Towards the end, NICE exposes the protagonist to various forms of âmodern artâ.
The point is to shatter him from his sense of beauty, and therefore from his sense of truth and virtue: Lewis’ villains argue that these are illusory preferences and that objectivity demands that they be rejected – but the way this lie is told in the real world is more convincing.
Anyone can see that a beautiful thing is beautiful; you have to be sophisticated to find beauty in ugliness, or meaning in empty noise – and it’s the kind of lie you could almost believe, because it is lifted from truth. The is beauty in unlikely places, and insight finds meaning where others can’t. Prophets and artists show us what is not obvious, what we have overlooked.
When this phenomenon is genuine, the viewer sees what the prophet saw and then decides whether to obey the truth or reject it. On the other hand, there is no such thing as being “honestly deceived” by a false prophet, or a “subversive” artist. The crowd you lie to must participate in the lie. They have to squint at your sculpture of dog poop and menstrual blood (or whatever) and say “oh yes I see it, how bold and interesting”.
Their assent reinforces the lie and makes it worse. Their social stature, as much as that of the “artist,” becomes increasingly tied to this lie, so that they not only accept the lie, but viciously ridicule and ostracize anyone who opposes it. The longer the process takes, the more painful the surgery is, both for the individual and for society.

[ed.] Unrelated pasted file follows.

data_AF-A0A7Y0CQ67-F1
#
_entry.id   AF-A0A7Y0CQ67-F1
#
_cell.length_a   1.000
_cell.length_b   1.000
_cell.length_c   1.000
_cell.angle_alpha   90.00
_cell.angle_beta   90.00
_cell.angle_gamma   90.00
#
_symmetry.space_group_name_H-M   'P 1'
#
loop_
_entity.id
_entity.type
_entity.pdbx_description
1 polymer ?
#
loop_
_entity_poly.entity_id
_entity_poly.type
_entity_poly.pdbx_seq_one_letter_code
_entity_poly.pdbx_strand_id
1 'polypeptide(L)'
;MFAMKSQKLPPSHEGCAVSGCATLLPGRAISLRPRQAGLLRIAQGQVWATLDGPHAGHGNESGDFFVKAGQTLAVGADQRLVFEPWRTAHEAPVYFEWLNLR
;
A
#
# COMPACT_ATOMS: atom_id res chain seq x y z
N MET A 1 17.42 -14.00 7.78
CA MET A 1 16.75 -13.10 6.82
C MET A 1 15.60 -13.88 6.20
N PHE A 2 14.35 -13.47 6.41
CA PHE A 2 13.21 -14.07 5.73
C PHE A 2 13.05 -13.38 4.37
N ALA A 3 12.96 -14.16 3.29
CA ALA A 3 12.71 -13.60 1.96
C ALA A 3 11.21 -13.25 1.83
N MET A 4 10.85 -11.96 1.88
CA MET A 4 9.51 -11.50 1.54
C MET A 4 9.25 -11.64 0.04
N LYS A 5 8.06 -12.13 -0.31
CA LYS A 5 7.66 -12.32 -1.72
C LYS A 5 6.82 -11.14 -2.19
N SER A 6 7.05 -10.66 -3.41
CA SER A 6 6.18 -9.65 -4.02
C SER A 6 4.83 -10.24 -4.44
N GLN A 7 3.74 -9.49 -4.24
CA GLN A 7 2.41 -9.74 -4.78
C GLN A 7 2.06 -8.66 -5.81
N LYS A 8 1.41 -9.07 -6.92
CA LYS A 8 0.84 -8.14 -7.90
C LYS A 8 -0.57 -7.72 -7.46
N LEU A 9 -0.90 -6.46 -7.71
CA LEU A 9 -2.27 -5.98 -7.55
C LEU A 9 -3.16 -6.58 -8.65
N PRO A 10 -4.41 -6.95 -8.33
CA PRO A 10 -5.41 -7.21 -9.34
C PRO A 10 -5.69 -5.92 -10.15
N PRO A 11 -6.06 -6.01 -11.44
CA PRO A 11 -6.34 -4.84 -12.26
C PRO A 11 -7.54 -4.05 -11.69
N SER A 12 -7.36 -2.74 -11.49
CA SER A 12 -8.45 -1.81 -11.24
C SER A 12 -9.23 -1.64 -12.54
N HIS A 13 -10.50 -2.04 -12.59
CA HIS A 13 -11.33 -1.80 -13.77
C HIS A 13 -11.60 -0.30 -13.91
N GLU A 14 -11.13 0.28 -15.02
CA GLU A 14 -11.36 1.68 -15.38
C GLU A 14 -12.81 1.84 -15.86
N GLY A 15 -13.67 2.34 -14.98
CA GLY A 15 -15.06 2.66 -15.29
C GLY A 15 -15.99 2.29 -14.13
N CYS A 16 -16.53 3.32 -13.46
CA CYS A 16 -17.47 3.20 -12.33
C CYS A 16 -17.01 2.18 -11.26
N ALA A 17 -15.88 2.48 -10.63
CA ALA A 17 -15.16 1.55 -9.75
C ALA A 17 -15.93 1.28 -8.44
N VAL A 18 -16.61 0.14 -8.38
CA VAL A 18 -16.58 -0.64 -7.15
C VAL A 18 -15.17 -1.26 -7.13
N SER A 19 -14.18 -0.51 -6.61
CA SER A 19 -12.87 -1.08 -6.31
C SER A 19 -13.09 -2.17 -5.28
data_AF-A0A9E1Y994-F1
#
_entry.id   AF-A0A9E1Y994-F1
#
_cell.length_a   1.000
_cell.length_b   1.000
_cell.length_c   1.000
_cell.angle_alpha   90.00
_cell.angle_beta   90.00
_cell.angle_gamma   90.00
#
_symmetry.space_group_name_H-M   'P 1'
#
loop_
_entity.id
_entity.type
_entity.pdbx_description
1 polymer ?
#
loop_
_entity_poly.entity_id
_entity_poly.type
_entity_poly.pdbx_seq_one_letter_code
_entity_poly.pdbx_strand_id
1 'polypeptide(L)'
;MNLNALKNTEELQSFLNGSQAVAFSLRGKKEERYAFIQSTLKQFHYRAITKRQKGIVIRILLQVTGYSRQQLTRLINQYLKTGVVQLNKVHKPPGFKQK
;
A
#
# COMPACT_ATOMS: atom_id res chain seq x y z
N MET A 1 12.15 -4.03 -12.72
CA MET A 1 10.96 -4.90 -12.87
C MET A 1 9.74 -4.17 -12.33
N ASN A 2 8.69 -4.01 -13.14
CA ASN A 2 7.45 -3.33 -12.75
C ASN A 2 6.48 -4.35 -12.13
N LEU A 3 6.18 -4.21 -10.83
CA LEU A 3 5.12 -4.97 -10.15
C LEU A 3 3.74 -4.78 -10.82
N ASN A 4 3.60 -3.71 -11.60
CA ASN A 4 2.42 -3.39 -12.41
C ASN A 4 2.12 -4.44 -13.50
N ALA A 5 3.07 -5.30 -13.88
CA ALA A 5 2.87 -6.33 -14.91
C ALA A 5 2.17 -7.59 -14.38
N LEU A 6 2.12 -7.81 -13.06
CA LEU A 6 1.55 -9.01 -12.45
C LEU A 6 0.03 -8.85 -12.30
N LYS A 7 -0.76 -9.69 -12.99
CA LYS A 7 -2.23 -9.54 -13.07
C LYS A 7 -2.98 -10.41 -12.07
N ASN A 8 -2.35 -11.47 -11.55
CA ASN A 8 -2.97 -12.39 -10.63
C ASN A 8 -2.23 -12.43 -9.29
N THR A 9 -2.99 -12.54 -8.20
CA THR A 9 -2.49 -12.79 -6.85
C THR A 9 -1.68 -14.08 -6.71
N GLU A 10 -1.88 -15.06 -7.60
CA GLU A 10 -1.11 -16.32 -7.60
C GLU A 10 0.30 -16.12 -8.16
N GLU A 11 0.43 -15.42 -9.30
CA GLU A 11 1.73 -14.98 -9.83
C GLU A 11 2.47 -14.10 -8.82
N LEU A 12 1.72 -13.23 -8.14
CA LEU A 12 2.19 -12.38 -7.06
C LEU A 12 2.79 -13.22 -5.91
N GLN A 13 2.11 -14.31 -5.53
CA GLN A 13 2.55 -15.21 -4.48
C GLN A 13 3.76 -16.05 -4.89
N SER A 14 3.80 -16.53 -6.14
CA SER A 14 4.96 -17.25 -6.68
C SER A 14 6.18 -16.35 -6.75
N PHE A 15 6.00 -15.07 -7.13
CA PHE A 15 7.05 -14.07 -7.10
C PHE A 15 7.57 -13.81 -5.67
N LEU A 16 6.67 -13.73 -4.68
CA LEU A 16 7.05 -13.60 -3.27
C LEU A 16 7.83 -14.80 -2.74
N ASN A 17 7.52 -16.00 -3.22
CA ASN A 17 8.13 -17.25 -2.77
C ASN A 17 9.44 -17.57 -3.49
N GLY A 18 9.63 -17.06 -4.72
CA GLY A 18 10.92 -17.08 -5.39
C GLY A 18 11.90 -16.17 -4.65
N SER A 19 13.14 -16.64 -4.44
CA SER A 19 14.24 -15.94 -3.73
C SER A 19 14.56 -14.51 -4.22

Lewis therefore anticipates postmodern infection by around 30 years..
Through NICE psychologist Dr Frost, Lewis explores the irony of rejecting truth in the name of objectivity – but I don’t think even he really understood how far it would reach every nook and cranny of the world. thought – how he would go from his then formidable enemies (moral and spiritual truths) to the most trivial and harmless and obvious questions of fact.
(If you’ve ever wondered what the hell might mean by “queering math” or “architecture queering” or “agriculture queering”, this is the answer. There is no direct relationship to sexuality. – it is just a lens through which to attack the idea of ââtruth in itself, as represented in any discipline that is âqueeredâ.)
It would be cool if Lewis’ foreknowledge of the Dark Side had led him to an original solution that could be deployed by the Light, but the bottom line seems to be that there is nothing really new about it. current enemy; it is a simple moral struggle, and you are a co-conspirator as well as a victim. So you just have to stop lying – stop participating in lies, stop spending your time with liars. Let go of all the sins you need to let go, take your pieces, be clear, and join the right side – the sooner the better.